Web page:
Thomas Myron Coffman, MD

Professor of Medicine
James R. Clapp Professor of Medicine, in the School of Medicine
Professor in Cell Biology
Professor in Immunology
Campus mail Duke Box 103015, Durham, NC 27710
Phone (919) 684-9788
Email address coffm002@duke.edu

My laboratory is interested mechanisms of kidney injury in disease states and the role of the kidney in regulation of blood pressure. Our research addresses issues that are relevant to disorders such as hypertension, diabetic nephropathy, transplant rejection, and autoimmune diseases. We have been particularly interested in two hormone systems that impact these processes: (1) the renin-angiotensin system and (2) lipid mediators derived from cyco-oxygenase metabolism of arachidonic acid. Our studies have taken advantage of available technologies for producing genetic alterations in mice to study the physiology of these systems. As one example, we generated and characterized lines of mice lacking the major physiological receptors for angiotensin II in the mouse. These studies have provided novel information regarding the role of these receptors in blood pressure homeostasis, in promoting kidney injury in disease states, and in the regulation of inflammation. A major objective of our work is to identify new approaches to treatment and disease prevention. To this end, we are using molecular genetic technology to develop and refine mouse models of human diseases such as diabetic nephropathy, kidney transplant rejection, and hypertension.

Education and Training

  • Fellowship in Nephrology, Duke University School of Medicine, 1983 - 1985
  • M.D., Ohio State University, 1980

Publications

Gurley, SB, Ghosh, S, Johnson, SA, Azushima, K, Sakban, RB, George, SE, Maeda, M, Meyer, TW, and Coffman, TM. "Inflammation and Immunity Pathways Regulate Genetic Susceptibility to Diabetic Nephropathy." Diabetes 67, no. 10 (October 2018): 2096-2106.

PMID
30065034
Full Text

Azushima, K, Gurley, SB, and Coffman, TM. "Modelling diabetic nephropathy in mice." Nature Reviews. Nephrology 14, no. 1 (January 2018): 48-56. (Review)

PMID
29062142
Full Text

Coffman, TM. "Oliver Smithies: A Remembrance." Hypertension (Dallas, Tex. : 1979) 70, no. 1 (July 2017): 3-4.

PMID
28559396
Full Text

Stegbauer, J, Chen, D, Herrera, M, Sparks, MA, Yang, T, Königshausen, E, Gurley, SB, and Coffman, TM. "Resistance to hypertension mediated by intercalated cells of the collecting duct." JCI insight 2, no. 7 (April 6, 2017): e92720-.

PMID
28405625
Full Text

Tyson, CC, and Coffman, TM. "In the Wake of Systolic Blood Pressure Intervention Trial: New Targets for Improving Hypertension Management in Chronic Kidney Disease?." Nephron 135, no. 4 (January 2017): 287-290.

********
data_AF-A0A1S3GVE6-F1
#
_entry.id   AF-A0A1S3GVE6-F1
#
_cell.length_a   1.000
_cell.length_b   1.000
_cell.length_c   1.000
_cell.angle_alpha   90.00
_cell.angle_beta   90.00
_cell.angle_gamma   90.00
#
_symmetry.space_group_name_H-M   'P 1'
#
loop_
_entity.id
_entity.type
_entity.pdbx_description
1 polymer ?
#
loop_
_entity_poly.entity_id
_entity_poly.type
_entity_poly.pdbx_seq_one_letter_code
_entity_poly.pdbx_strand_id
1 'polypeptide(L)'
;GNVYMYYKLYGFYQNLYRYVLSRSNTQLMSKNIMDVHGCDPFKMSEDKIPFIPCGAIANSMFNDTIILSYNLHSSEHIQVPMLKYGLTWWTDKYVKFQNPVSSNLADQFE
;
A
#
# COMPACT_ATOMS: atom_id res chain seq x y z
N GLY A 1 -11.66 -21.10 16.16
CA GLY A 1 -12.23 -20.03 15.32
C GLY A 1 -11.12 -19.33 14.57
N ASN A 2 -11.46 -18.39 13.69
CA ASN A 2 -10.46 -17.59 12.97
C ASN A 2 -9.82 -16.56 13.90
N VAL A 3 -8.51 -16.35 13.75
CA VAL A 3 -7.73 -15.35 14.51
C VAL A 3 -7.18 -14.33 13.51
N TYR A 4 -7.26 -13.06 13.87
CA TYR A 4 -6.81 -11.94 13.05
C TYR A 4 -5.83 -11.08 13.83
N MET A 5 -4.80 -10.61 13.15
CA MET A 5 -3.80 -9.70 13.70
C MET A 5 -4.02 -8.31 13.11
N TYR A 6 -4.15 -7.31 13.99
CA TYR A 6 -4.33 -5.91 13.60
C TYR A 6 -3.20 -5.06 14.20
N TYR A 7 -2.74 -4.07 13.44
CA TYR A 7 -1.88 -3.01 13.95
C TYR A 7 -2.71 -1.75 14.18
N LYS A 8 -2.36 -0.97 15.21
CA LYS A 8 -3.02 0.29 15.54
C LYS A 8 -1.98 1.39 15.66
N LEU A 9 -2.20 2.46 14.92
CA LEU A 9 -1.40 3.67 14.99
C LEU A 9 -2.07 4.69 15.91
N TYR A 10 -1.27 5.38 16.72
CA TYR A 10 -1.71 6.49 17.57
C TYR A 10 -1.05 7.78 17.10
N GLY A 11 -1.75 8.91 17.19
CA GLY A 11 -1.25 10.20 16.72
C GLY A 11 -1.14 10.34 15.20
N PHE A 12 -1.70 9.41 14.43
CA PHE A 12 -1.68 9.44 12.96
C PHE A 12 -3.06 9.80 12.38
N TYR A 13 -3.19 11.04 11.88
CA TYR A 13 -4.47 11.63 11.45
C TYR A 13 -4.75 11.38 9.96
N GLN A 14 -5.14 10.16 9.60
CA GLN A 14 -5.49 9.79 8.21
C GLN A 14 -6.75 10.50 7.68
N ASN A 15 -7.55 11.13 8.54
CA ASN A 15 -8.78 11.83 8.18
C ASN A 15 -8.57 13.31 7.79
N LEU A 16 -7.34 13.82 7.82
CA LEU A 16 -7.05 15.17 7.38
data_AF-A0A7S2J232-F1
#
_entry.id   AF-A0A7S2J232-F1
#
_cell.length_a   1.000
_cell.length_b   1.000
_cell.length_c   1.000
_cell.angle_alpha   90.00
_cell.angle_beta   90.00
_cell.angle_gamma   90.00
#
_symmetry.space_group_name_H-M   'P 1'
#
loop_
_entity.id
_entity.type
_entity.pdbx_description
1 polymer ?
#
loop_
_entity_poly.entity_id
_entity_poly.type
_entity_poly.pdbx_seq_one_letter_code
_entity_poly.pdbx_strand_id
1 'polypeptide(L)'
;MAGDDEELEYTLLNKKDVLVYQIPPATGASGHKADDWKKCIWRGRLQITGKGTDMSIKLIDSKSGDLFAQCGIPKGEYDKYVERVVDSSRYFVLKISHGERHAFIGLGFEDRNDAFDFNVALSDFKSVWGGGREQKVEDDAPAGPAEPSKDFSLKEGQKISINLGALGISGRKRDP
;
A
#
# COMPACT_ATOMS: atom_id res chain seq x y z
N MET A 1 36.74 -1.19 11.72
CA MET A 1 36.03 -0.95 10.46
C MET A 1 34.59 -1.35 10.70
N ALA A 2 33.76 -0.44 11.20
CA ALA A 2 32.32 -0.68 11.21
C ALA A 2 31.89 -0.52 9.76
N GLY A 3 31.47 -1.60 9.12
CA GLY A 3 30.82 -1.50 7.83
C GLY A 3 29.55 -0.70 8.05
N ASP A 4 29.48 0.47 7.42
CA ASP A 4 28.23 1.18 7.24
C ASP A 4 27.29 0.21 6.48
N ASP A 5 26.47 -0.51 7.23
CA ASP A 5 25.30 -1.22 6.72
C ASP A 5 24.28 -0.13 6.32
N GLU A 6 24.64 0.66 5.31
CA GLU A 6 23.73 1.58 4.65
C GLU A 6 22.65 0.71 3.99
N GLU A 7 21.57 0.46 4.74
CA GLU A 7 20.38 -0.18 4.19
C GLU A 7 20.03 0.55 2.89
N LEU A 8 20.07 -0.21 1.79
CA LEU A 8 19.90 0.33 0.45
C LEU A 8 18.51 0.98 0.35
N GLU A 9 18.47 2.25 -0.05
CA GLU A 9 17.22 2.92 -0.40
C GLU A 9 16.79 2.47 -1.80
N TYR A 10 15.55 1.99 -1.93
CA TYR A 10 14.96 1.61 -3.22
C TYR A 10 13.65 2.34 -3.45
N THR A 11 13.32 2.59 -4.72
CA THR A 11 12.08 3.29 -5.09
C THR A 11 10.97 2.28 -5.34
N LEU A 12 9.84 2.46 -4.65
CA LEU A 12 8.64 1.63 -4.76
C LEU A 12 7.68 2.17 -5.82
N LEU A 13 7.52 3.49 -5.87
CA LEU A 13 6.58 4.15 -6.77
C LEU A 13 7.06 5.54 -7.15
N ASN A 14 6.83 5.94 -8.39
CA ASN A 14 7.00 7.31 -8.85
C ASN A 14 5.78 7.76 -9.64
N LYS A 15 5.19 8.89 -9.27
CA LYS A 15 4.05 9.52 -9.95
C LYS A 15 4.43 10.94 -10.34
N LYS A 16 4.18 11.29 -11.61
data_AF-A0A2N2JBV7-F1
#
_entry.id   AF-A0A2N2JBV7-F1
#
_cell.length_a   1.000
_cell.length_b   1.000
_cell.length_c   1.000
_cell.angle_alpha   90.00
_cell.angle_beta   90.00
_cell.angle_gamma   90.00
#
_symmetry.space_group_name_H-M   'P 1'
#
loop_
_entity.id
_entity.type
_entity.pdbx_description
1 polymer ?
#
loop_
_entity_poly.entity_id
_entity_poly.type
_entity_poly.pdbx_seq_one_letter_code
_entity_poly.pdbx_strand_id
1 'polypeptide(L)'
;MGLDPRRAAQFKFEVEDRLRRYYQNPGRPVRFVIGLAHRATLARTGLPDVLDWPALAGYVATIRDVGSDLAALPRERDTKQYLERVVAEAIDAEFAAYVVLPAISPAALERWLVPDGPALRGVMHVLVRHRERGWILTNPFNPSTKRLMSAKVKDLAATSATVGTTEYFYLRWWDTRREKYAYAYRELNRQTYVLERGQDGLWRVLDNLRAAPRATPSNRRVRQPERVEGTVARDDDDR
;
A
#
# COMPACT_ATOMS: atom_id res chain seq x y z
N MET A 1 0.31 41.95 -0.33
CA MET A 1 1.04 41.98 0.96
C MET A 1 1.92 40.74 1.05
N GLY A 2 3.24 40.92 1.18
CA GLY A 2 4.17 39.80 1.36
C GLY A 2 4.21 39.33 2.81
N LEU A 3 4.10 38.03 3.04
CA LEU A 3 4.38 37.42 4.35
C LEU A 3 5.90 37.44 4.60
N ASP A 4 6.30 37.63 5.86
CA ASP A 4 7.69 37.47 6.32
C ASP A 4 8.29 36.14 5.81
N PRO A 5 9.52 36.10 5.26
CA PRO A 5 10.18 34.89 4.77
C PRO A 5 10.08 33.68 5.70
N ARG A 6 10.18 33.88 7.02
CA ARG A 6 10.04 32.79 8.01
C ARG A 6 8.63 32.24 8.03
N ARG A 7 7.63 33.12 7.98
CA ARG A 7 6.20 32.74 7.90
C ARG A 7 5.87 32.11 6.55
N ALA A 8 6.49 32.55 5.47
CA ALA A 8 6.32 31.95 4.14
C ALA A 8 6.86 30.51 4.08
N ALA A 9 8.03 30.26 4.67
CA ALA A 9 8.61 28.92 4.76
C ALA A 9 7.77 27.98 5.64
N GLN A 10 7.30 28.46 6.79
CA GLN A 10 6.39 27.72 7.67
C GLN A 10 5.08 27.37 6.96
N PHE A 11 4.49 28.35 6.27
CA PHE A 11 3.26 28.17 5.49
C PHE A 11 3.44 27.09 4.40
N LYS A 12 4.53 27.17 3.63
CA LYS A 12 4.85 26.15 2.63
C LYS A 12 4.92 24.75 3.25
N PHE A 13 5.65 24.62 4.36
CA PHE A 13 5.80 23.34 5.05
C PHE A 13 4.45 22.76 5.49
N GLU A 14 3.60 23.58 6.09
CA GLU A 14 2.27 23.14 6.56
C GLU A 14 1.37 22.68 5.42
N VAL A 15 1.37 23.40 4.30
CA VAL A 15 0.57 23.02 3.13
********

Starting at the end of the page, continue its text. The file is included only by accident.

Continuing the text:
PMID
28161697
Full Text

Tinning, AR, Jensen, BL, Johnsen, I, Chen, D, Coffman, TM, and Madsen, K. "Vascular endothelial growth factor signaling is necessary for expansion of medullary microvessels during postnatal kidney development." American Journal of Physiology Renal Physiology 311, no. 3 (September 2016): F586-F599.

PMID
27413199
Full Text

Paradis, P, Briet, M, Barhoumi, T, Mian, MOR, Coelho, SC, Rautureau, Y, Coffman, TM, and Schiffrin, EL. "PS 07-16 CROSSTALK BETWEEN ALDOSTERONE-STIMULATED MINERALOCORTICOID RECEPTOR AND ANGIOTENSIN RECEPTOR PATHWAYS PLAYS A ROLE IN ALDOSTERONE-INDUCED VASCULAR INJURY." September 2016.

Full Text

Chen, D, Stegbauer, J, Sparks, MA, Kohan, D, Griffiths, R, Herrera, M, Gurley, SB, and Coffman, TM. "Impact of Angiotensin Type 1A Receptors in Principal Cells of the Collecting Duct on Blood Pressure and Hypertension." Hypertension (Dallas, Tex. : 1979) 67, no. 6 (June 2016): 1291-1297.

PMID
27141055
Full Text

Briet, M, Barhoumi, T, Mian, MOR, Coelho, SC, Ouerd, S, Rautureau, Y, Coffman, TM, Paradis, P, and Schiffrin, EL. "Aldosterone-Induced Vascular Remodeling and Endothelial Dysfunction Require Functional Angiotensin Type 1a Receptors." May 2016.

PMID
27045029
Full Text

Briet, M, Barhoumi, T, Mian, MOR, Coelho, SC, Ouerd, S, Rautureau, Y, Coffman, TM, Paradis, P, and Schiffrin, EL. "Aldosterone-Induced Vascular Remodeling and Endothelial Dysfunction Require Functional Angiotensin Type 1a Receptors." Hypertension 67, no. 5 (May 2016): 897-905.

Full Text

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